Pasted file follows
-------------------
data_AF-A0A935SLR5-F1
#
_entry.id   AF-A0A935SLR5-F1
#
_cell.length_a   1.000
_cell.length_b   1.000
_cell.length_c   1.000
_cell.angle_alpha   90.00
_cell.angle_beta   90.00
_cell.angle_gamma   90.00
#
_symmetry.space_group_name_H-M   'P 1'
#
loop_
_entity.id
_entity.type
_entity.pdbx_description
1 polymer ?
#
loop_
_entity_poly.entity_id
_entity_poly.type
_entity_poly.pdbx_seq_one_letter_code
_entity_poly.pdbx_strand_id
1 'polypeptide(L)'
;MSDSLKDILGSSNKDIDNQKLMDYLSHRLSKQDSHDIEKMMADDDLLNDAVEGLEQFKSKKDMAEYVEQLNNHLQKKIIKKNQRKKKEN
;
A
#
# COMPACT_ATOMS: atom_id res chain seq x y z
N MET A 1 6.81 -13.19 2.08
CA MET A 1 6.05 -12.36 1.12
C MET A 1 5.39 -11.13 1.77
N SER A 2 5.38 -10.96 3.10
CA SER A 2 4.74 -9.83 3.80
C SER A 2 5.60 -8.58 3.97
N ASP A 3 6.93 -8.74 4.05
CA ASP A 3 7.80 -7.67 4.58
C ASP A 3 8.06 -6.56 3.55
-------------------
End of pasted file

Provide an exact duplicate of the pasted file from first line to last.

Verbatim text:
data_AF-A0A935SLR5-F1
#
_entry.id   AF-A0A935SLR5-F1
#
_cell.length_a   1.000
_cell.length_b   1.000
_cell.length_c   1.000
_cell.angle_alpha   90.00
_cell.angle_beta   90.00
_cell.angle_gamma   90.00
#
_symmetry.space_group_name_H-M   'P 1'
#
loop_
_entity.id
_entity.type
_entity.pdbx_description
1 polymer ?
#
loop_
_entity_poly.entity_id
_entity_poly.type
_entity_poly.pdbx_seq_one_letter_code
_entity_poly.pdbx_strand_id
1 'polypeptide(L)'
;MSDSLKDILGSSNKDIDNQKLMDYLSHRLSKQDSHDIEKMMADDDLLNDAVEGLEQFKSKKDMAEYVEQLNNHLQKKIIKKNQRKKKEN
;
A
#
# COMPACT_ATOMS: atom_id res chain seq x y z
N MET A 1 6.81 -13.19 2.08
CA MET A 1 6.05 -12.36 1.12
C MET A 1 5.39 -11.13 1.77
N SER A 2 5.38 -10.96 3.10
CA SER A 2 4.74 -9.83 3.80
C SER A 2 5.60 -8.58 3.97
N ASP A 3 6.93 -8.74 4.05
CA ASP A 3 7.80 -7.67 4.58
C ASP A 3 8.06 -6.56 3.55